‘To begin at the Beginning:

It is spring, moonless night in the small town, starless and bible-black.’

Here are two books written by men in mid-life, although Under Milk Wood would be Dylan’s last work. This is the story of a community of people like him, saints who are sinners, a Welsh City of God, funnier and warmer than Augustine’s version. Sadly we mortals may not yet linger there.

Dylan had seen Llareggub builded here, in Wales, the Chosen Land. It is no mean city, although it is little, like Wales, and like Wales, or the Churches of John’s Revelation, it is on earth as it is in heaven. Dylan was nurtured at the same source as Augustiine; if philosophy opened the wells for the bishop, poetry released for the ‘spinning man’ a flood to float his cockleshell ark, and, we may hope that ‘the flood flowers now’ for him, beyond the ‘breakneck of rocks’ of his life.



Talking as we were of ravens, we saw a full set of crows in Anglesey and Caernarfon: Raven, rook, carrion crow, jay, jackdaw, and the inescapable magpie, as well as the choughs around South Stack. Carrion crows, as in Kent, fancy themselves as waders, and ravens seem to like the beach as well; choughs and jackdaws enjoy the wind, as if having fun in the air is what they were created for. There won’t be so much time to play in a week or two, when breeding really gets going!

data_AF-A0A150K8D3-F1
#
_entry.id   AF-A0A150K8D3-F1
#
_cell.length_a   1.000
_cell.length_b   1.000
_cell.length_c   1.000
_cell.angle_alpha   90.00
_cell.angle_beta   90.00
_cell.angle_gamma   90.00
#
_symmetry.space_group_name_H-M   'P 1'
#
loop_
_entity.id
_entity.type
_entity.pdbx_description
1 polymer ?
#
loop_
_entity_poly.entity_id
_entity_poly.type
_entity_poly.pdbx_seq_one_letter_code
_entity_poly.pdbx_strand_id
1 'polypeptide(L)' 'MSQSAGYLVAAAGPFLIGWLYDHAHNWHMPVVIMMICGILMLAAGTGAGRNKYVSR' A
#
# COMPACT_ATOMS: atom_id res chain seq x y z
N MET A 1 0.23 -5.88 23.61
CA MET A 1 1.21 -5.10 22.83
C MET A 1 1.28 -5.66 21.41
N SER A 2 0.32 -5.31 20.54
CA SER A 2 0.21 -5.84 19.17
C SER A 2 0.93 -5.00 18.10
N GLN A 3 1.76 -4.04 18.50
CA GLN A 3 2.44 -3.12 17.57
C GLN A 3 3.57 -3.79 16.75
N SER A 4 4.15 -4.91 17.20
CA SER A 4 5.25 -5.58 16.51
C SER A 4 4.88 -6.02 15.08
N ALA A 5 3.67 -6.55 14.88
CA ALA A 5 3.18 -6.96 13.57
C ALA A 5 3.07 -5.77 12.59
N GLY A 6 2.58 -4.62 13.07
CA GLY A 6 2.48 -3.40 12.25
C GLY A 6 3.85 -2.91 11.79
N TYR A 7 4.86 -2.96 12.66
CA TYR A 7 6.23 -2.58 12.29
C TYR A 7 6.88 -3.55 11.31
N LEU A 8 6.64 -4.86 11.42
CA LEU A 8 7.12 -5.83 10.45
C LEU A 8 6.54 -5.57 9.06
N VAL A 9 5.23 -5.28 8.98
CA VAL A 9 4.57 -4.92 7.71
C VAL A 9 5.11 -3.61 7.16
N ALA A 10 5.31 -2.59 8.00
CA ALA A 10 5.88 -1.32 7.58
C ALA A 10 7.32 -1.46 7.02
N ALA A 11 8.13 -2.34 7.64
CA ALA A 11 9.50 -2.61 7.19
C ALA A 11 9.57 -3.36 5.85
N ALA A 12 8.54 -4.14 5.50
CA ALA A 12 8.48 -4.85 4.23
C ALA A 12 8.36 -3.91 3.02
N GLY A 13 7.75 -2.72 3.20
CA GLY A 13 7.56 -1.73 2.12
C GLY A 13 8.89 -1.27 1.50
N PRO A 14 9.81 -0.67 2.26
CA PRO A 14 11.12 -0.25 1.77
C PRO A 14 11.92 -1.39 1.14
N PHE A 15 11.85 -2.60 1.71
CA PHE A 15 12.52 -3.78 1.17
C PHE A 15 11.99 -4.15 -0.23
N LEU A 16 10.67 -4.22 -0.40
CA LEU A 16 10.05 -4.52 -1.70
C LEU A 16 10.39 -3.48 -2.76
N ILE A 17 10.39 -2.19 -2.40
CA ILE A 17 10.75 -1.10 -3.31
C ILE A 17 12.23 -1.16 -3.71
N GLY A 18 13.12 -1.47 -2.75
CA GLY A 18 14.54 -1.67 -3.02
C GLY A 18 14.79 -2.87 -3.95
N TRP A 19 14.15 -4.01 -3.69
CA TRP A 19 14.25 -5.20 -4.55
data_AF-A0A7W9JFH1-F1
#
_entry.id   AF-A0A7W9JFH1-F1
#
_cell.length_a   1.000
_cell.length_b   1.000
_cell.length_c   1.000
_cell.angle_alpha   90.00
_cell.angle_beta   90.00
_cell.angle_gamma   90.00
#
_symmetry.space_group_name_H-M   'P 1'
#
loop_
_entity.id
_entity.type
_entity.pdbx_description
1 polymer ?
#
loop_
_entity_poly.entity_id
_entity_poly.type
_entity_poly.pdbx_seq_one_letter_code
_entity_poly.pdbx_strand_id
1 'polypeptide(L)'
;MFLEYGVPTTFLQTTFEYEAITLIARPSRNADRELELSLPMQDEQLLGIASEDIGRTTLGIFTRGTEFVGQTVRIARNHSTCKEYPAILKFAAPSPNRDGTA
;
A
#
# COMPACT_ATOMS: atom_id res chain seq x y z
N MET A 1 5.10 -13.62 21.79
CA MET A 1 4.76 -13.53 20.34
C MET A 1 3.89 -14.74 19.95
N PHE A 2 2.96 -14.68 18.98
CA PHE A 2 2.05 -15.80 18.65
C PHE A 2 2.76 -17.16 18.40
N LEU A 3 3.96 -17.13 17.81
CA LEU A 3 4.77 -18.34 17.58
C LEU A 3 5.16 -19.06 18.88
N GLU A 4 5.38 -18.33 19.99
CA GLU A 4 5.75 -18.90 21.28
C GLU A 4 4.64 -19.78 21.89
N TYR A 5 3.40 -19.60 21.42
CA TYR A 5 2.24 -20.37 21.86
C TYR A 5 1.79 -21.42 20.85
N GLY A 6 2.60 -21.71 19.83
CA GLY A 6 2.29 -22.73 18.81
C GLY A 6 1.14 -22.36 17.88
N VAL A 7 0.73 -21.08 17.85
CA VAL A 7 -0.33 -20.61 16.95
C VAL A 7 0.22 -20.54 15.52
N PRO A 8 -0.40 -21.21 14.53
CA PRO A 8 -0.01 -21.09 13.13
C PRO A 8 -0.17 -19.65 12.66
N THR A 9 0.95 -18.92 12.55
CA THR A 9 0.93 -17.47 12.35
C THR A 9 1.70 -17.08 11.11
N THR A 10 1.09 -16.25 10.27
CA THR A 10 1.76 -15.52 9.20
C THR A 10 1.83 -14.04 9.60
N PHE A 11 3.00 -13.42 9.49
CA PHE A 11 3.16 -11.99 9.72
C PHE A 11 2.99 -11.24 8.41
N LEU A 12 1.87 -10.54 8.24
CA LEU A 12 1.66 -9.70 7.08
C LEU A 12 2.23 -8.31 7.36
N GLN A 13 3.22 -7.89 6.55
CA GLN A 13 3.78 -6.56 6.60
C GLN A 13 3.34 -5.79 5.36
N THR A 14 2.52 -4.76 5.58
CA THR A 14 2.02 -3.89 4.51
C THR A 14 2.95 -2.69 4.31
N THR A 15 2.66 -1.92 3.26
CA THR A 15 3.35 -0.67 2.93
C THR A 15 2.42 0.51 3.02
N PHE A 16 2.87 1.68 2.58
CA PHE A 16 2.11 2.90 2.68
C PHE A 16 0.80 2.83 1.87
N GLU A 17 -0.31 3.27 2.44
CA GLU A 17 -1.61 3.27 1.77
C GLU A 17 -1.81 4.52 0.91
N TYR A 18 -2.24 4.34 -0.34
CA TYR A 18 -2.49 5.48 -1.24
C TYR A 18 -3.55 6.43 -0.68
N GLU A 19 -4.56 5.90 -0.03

Friendly foraging

Lunch with the cuckoo was special enough, but I had arrived at the Goods Shed just as Enzo was taking the bread from the oven. My loaf was wrapped in a flash and straight in my bag. Back home, I spread it with wild garlic pesto, tomato paste, cheese and olives. Satisfying!

Read NAIB’s account of foraging Welsh wild garlic, below.


Mrs Turnstone is trying to grow some in a shady part of our garden, thanks to a gift from a friend. We’ve allowed ourselves no more than a couple of leaves for salad this year, hoping the patch will spread.


Over the Menai Bridges to Anglesey


We crossed the Britannia Bridge to stay near the Menai Straits, with views across to Snowdonia: well named on our arrival as the tops were white. We enjoyed four seasons in a week. The first weather to impose itself was the wind, sweeping across the island from East to West, blowing NAIB into my arms as we climbed the steps to Our Lady Star of the Sea in Amlwch. Later in the week rain did not prevent her joining the old folks across the Menai Bridge in Caernarfon while G studied. IMGP5106Telford’s Menai Suspension Bridge is older, built in 1826 for the Irish Mail Coaches to Holyhead, and strengthened since to take modern traffic. Stephenson’s Britannia Bridge was built in 1850 for the Railway, but vandals destroyed the track and the iron tubes carrying it. The piers remain, with a new road and rail bridge built between them in 1970. We were pleased to cross them both!

The evening sun shone when these pictures were taken, full on the Menai Bridge but, seen from the East, shining through to emphasise the grace of the 1970 structure between the Britannia’s piers.